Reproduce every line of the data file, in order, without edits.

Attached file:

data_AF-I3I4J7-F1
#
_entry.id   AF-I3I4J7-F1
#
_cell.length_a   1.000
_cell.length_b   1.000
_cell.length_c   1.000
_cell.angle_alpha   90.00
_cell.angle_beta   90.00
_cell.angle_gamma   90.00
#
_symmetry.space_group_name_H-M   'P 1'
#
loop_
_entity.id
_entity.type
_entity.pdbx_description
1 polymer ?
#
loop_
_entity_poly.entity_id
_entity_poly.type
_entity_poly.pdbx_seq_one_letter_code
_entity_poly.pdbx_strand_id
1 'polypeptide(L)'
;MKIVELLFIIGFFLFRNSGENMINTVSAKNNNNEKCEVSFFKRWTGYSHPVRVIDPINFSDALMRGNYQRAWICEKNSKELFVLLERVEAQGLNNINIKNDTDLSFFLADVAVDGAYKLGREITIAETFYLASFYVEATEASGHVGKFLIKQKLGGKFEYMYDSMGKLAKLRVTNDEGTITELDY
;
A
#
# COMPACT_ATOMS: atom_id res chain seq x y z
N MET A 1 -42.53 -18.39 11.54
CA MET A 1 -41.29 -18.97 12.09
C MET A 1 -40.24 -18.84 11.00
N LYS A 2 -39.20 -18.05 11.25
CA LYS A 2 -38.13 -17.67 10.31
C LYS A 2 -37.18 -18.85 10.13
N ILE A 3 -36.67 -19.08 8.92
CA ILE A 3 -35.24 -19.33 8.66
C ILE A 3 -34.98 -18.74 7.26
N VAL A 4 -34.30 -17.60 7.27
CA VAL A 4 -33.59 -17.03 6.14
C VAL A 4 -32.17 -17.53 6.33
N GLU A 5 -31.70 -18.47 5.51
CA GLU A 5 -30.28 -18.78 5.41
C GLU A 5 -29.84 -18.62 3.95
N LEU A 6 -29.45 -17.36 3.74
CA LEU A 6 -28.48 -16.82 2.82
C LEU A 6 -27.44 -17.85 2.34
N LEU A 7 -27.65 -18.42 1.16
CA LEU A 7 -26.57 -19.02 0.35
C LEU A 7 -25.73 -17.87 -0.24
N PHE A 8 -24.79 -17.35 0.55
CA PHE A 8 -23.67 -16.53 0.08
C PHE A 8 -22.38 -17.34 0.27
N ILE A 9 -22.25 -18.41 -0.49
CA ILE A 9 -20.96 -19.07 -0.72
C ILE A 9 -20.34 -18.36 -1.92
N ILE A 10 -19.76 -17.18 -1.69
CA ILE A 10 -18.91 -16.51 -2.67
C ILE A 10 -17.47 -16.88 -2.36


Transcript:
data_AF-I3I4J7-F1
#
_entry.id   AF-I3I4J7-F1
#
_cell.length_a   1.000
_cell.length_b   1.000
_cell.length_c   1.000
_cell.angle_alpha   90.00
_cell.angle_beta   90.00
_cell.angle_gamma   90.00
#
_symmetry.space_group_name_H-M   'P 1'
#
loop_
_entity.id
_entity.type
_entity.pdbx_description
1 polymer ?
#
loop_
_entity_poly.entity_id
_entity_poly.type
_entity_poly.pdbx_seq_one_letter_code
_entity_poly.pdbx_strand_id
1 'polypeptide(L)'
;MKIVELLFIIGFFLFRNSGENMINTVSAKNNNNEKCEVSFFKRWTGYSHPVRVIDPINFSDALMRGNYQRAWICEKNSKELFVLLERVEAQGLNNINIKNDTDLSFFLADVAVDGAYKLGREITIAETFYLASFYVEATEASGHVGKFLIKQKLGGKFEYMYDSMGKLAKLRVTNDEGTITELDY
;
A
#
# COMPACT_ATOMS: atom_id res chain seq x y z
N MET A 1 -42.53 -18.39 11.54
CA MET A 1 -41.29 -18.97 12.09
C MET A 1 -40.24 -18.84 11.00
N LYS A 2 -39.20 -18.05 11.25
CA LYS A 2 -38.13 -17.67 10.31
C LYS A 2 -37.18 -18.85 10.13
N ILE A 3 -36.67 -19.08 8.92
CA ILE A 3 -35.24 -19.33 8.66
C ILE A 3 -34.98 -18.74 7.26
N VAL A 4 -34.30 -17.60 7.27
CA VAL A 4 -33.59 -17.03 6.14
C VAL A 4 -32.17 -17.53 6.33
N GLU A 5 -31.70 -18.47 5.51
CA GLU A 5 -30.28 -18.78 5.41
C GLU A 5 -29.84 -18.62 3.95
N LEU A 6 -29.45 -17.36 3.74
CA LEU A 6 -28.48 -16.82 2.82
C LEU A 6 -27.44 -17.85 2.34
N LEU A 7 -27.65 -18.42 1.16
CA LEU A 7 -26.57 -19.02 0.35
C LEU A 7 -25.73 -17.87 -0.24
N PHE A 8 -24.79 -17.35 0.55
CA PHE A 8 -23.67 -16.53 0.08
C PHE A 8 -22.38 -17.34 0.27
N ILE A 9 -22.25 -18.41 -0.49
CA ILE A 9 -20.96 -19.07 -0.72
C ILE A 9 -20.34 -18.36 -1.92
N ILE A 10 -19.76 -17.18 -1.69
CA ILE A 10 -18.91 -16.51 -2.67
C ILE A 10 -17.47 -16.88 -2.36